Ft. Riley, Kans.
Sept. 17,* 1942
Excuse the stationery, please. [Ed. Note: narrow-ruled loose leaf sheets rather than his usual watermarked Hammermill] I’m writing this during study hall period, as I have no assignment to turn in tomorrow.
There isn’t much to write, except that I’m still crazy about my own wife, and I miss her something awful. Thought there would be a letter from you today, but none came.
I mean to get some air mail stamps every time I go to the Post Exchange, but I always forget it or they are just out. Four times now I’ve tried, and have forgotten about that many more. Usually, when we go to the P.X., it is for about 5 minutes between class periods, and we don’t have a chance to do much of anything except to catch a quick coke and take off again. I tell you, darling, time around this place is really valuable. We get out of one class just in time to get to another. We get back here about 12:15, check to see if there is anything in our boxes, such as mail, or school work, wash, eat dinner, and leave about 12:50 for school again. We get back again about 5:15, bathe + wash, check our boxes, change clothes, and eat supper. Then study hall from 6:30 to 8:30. From 8:30 to 9:30 we have all to ourselves for letter writing, boot polishing, etc. We don’t wear our boots very often, or at least we haven’t so far. Wear coveralls to school all day. Wear cotton shirts + cotton slacks to supper. So I’ve had my boots on only once since being here. We went to school in uniform yesterday on account of the fact that they took our class picture at noon. When we do wear breeches + boots, we have to wear spurs, which I don’t like too well. We don’t wear any insignia at all except a round black patch on our left shirt pocket. It looks something like this:
See the O.C.S. in it? (You didn’t realize that you married an artist, did you?) Guess we go into uniform the first of October, though, and wool at that.
There’s a Lt. from the 115th who is going to communication school here, and he is going back Sunday. They are planning a stag party, a sort of meeting of all the “Powder River” boys in Manhattan Saturday nite. Don’t know yet whether or not I’ll go, for several reasons.
We were firing the rifle day before yesterday, and I had a funny thing happen. You see, when firing the gun, you hold your cheek right down against the stock. There’s quite a little kick to that baby, and it jars your face a little on each shot. About the second or third shot, my store teeth jarred loose, and all at once I felt my mouth full. They sure felt big for a moment. So I had to take them out for the rest of the firing.
Darling, I do wish I could see you, but that’s out of the question, I guess. Only 2½ months now, and I’ll be out of here and we can be together. After that, if I’m transferred every day, you’re going with me, aren’t you? That is, as long as we’re able to make it. We’ve known each other for 7½ months, but we’ve spent very little of that time together; and we’ve been married now for nearly three weeks, and have spend only about 34 hours together since then. But, darling, you have been on my mind all the time since we met. I don’t know that I did right by you in marrying you before coming here, but I’m not a bit sorry if you’re not. Knowing that we are man and wife is a greater comfort to me than you will ever realize. I hope and pray that the next 2½ months go swiftly for both of us. I’d give my left arm if I could take you and hold you close to me right now, kiss you, and tell you how much I love you, and how proud I am to be your husband. It’s still hard for me to realize that my luck actually took such a good turn as it did when you became my wife. I was so darned scared that you’d change your mind about wanting to be my wife during the time I was here at school. Guess I can admit that now.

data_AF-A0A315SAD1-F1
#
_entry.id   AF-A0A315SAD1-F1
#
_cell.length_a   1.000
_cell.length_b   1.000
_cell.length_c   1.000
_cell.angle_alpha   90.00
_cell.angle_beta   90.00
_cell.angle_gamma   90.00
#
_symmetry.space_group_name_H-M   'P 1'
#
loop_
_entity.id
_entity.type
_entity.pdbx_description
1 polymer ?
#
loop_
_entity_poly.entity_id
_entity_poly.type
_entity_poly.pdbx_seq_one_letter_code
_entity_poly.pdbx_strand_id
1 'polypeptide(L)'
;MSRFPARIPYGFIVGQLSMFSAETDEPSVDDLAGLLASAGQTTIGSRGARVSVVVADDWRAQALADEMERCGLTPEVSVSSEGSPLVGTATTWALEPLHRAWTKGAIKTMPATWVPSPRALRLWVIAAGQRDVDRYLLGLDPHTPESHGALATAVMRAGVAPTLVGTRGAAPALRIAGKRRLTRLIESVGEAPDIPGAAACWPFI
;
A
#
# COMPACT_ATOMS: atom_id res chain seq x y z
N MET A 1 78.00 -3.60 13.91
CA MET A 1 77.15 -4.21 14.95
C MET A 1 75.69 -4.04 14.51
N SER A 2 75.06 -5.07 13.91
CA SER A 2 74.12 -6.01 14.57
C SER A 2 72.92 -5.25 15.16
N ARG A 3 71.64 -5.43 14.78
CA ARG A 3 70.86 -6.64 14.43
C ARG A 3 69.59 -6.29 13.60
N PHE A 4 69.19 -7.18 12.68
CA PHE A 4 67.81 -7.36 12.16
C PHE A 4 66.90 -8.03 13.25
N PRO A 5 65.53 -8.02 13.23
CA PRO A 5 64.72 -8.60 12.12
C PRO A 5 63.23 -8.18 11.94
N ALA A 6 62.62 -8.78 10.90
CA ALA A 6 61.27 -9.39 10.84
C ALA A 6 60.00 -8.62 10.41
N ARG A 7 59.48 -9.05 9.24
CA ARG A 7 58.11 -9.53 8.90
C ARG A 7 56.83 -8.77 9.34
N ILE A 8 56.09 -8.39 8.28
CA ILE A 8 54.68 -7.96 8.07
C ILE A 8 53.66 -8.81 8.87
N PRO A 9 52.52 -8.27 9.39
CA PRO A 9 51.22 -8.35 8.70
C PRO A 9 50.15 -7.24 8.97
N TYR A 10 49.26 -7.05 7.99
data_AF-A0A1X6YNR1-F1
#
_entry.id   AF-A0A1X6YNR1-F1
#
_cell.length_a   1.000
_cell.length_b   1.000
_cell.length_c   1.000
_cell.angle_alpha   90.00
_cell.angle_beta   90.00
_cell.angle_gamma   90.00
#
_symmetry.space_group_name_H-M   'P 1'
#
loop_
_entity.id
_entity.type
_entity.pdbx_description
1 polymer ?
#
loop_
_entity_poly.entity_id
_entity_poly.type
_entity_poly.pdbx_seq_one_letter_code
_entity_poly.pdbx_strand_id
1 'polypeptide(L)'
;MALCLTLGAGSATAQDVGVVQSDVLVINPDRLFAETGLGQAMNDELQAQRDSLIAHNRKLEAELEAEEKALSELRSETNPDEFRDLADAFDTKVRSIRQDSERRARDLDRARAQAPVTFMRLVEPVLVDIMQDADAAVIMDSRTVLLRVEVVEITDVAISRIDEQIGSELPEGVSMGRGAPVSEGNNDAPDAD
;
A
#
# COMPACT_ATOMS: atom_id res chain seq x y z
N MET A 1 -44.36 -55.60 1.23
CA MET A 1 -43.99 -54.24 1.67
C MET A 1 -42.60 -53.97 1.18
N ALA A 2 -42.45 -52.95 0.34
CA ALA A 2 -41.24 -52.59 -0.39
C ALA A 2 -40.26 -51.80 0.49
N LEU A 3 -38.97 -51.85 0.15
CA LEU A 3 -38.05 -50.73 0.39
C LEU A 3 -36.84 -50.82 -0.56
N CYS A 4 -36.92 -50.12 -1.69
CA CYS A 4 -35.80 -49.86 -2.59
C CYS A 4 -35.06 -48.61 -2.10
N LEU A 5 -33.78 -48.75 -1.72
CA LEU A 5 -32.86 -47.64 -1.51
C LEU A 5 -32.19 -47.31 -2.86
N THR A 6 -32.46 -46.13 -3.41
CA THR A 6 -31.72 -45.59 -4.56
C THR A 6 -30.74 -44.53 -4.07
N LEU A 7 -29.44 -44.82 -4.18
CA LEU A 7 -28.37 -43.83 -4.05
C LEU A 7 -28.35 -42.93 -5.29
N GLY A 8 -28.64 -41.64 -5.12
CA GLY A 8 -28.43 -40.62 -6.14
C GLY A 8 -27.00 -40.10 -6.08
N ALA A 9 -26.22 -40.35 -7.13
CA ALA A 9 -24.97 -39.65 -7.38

Darling, I hope you will always be as happy with me as we have been during all the times we spend a few moments or hours together. The weekend in Seattle, the Sunday at Silver Creek, the week-end when we went to Seaside, all of them were little bits of heaven to me. Especially the week-end when we went to the coast. Of course, our few hours of married life are set apart entirely—they’re extra special hours, always to be remembered. Darling, I’ll always love you. And whenever I think of the way you smile, the way you walk and talk, everything you do, keep bringing themselves before me, and when they come up, I get so darned lonely I could almost cry. Mrs. Hopkins, you’ve really done something to me as well as for me.
Sweetheart, I must close for now. Write as soon as you can, and remember to keep on loving your
*No, it’s the 16th, at least according to the postmark.
Ed. Note—This letter has a bit of shorthand at the end. If you can read Gregg shorthand and you’d like to take a stab at what it says, please do type it out in the Comments!